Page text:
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Former Alaska lawmakers join ex-governors in urgent call for fiscal solution

  • Author: Alex DeMarban
  • Updated: September 28, 2016
  • Published March 29, 2016

About 40 former Alaska lawmakers of diverse political stripes and backgrounds convened in Anchorage on Tuesday for a meeting of the minds on how to solve Alaska's $4 billion budget deficit.

They agreed early on they would take no vote to reach a consensus. But meeting with reporters afterward, many said some themes emerged during more than three hours at a conference table, with some former lawmakers also phoning in. The ideas included support for a comprehensive budget solution involving taxes, cuts and some use of the Permanent Fund earnings. Many said such a solution is needed this legislative session to prevent the economy from crashing.

The participants are members of FOSSILS, an informal group of ex-lawmakers who meet occasionally as the Former Old Senior Statesmen in Legislative Service, with a wooly mammoth, the official state fossil, as their group symbol.

The group favored the creation of an individual income tax over a state sales tax and wanted to use some of the Permanent Fund earnings to help pay for state services while also continuing annual dividend checks of some size, participants said.

"We need a solution now," and one that is broad-based, said Gail Phillips, a Republican Speaker of the House from 1995 to 1998.

Oil prices were low and budget concerns were high when she served as well, she said. In the mid-1990s, she supported a plan to cap the dividend at $1,000, before such a large payout became commonplace. The measure wasn't approved by the Legislature.

"It was unfortunate we didn't do it then," said Phillips, because the dividend has grown much larger than that, and people are more resistant to efforts to reduce the check.

At Tuesday's meeting, Phillips said she heard general support from the ex-lawmakers for an income tax that was as at least as large as the one Gov. Bill Walker has proposed as part of his comprehensive solution.

Walker has proposed taxing total income at 6 percent of federal taxes, or an average of 1.5 percent of total income, raising about $200 million.

But Phillips said there wasn't a lot of support for Walker's proposal to retool how the Permanent Fund is structured. Walker's plan would use oil royalties to pay the dividend instead of the current form of using investment earnings of the fund. Participants wanted to leave the current structure alone, although there were varying views on how much the dividend should be cut, if at all, she said.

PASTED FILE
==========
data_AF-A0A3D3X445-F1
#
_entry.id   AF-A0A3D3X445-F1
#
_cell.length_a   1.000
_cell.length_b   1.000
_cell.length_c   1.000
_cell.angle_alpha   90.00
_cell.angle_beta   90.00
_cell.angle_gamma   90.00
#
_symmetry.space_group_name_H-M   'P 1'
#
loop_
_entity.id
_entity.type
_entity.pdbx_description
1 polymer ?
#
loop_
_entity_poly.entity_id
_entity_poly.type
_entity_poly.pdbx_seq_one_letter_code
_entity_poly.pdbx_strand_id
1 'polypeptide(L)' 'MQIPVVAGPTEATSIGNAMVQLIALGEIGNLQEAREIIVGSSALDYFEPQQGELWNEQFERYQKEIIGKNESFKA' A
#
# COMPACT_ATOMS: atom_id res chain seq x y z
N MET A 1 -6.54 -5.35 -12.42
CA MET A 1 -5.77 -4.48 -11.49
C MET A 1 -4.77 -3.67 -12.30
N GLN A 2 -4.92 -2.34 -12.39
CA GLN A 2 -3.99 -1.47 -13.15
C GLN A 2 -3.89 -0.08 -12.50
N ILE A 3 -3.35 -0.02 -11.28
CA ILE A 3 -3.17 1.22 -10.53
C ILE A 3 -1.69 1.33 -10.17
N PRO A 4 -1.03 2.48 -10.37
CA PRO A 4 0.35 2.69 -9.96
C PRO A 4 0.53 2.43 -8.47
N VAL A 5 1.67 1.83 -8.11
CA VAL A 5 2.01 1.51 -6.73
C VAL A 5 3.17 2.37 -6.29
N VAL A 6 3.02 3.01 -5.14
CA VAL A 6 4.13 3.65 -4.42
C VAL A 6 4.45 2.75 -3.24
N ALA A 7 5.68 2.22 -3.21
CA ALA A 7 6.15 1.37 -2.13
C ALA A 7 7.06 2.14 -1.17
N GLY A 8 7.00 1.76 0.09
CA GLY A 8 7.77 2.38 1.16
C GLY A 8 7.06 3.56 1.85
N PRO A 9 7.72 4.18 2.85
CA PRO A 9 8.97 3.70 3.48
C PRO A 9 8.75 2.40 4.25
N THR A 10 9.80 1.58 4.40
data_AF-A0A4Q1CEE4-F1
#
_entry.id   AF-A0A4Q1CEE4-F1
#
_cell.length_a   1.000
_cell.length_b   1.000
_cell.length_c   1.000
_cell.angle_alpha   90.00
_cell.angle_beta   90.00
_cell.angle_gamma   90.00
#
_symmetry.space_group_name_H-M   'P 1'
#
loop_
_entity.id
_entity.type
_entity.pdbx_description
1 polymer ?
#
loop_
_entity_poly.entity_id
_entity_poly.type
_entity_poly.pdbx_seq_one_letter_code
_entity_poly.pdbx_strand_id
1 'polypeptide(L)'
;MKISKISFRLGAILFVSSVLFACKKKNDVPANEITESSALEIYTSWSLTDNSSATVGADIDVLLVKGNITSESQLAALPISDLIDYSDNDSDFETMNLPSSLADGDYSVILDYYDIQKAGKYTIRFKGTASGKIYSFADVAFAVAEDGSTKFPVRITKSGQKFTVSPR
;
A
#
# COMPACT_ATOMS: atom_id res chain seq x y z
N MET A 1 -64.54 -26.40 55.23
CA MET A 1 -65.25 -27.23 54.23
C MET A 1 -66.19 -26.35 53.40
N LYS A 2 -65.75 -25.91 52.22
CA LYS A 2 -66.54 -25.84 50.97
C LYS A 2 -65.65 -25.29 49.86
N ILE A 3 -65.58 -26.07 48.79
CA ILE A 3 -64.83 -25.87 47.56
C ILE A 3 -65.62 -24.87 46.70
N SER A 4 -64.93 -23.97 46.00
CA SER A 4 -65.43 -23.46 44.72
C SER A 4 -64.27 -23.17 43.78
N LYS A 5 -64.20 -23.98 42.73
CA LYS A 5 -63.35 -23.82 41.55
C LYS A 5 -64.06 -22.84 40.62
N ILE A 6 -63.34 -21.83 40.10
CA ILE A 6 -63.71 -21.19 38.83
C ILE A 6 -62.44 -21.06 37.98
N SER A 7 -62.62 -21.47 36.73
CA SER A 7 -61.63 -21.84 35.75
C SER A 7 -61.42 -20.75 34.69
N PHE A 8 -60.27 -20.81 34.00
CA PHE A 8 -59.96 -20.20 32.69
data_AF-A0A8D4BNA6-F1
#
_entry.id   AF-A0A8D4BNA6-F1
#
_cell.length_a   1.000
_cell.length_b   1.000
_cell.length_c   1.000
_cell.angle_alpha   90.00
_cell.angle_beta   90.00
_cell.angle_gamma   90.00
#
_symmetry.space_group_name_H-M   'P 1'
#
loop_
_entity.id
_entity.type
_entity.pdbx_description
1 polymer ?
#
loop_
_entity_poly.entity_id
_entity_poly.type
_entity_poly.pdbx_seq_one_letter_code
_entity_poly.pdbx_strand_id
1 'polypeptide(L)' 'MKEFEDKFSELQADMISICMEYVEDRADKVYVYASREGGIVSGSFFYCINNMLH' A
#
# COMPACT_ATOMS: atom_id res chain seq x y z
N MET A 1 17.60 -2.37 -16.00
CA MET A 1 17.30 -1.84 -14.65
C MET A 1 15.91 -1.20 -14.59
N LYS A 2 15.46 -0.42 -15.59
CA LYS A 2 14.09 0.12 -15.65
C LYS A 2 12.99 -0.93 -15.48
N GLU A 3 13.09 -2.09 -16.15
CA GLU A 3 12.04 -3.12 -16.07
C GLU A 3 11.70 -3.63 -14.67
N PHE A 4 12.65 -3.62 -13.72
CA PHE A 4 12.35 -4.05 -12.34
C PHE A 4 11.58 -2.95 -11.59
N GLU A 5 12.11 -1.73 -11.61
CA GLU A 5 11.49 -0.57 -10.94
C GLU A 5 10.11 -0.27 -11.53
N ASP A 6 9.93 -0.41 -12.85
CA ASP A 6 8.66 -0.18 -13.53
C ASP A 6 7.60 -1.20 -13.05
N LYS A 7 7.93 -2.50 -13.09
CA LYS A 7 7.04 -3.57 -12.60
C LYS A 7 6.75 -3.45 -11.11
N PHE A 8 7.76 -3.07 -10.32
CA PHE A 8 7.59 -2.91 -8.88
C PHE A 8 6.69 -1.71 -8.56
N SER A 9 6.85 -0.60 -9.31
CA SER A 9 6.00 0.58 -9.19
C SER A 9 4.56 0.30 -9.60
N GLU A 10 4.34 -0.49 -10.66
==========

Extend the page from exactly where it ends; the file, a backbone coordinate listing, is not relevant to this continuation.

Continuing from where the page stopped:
The effort was organized by the Rasmuson Foundation as part of its educational campaign called Plan4Alaska that seeks to raise public awareness about the state's options for addressing the fiscal crisis. The foundation wants legislators to approve a comprehensive solution this year involving budget cuts and new revenues.

The foundation also recently brought together several former Alaska governors and lieutenant governors — though ex-governors Sean Parnell, Sarah Palin and Steve Cowper did not attend.

That bipartisan gubernatorial group issued a statement saying everyone who uses state services should help pay for them, a comprehensive plan is needed immediately, and the dividend can be protected if a portion of the Permanent Fund earnings are used to help close the deficit.

Similar views were often expressed Tuesday.

Former Senate President Chancy Croft, a Democrat, said he introduced legislation along with others that helped lead to the creation of the Permanent Fund by Alaska voters in 1976.

He said the fund was originally intended to support state operations. The idea was to use the earnings to smooth out periods of "feast or famine" as the state generated income from unpredictable lease revenues to the oil and gas industry.

It's time to use the earnings to help pay for state operations, he said. But Croft said he also believes the dividends, which were not part of the original plan for the fund, should continue.

"It makes a lot of difference for a lot of people," he said.

Former Senate President Rick Halford, a Republican, doesn't support reducing the dividend. He said doing that will cause too much harm to the economy.

But after the dividends are paid and the fund is inflation-proofed, hundreds of millions of dollars in investment earnings would still be available to help pay for state government, he said.

The solution should also include an income tax and eliminating oil tax credits, including both cash credits as well as the per-barrel credits received by oil producers for every barrel of oil produced, he said.

Former Lt. Gov. and Rep. Fran Ulmer, a Democrat, served as moderator.

"We're all encouraging courage on the part of the Legislature and letting them know we support them making the hard decisions," she said.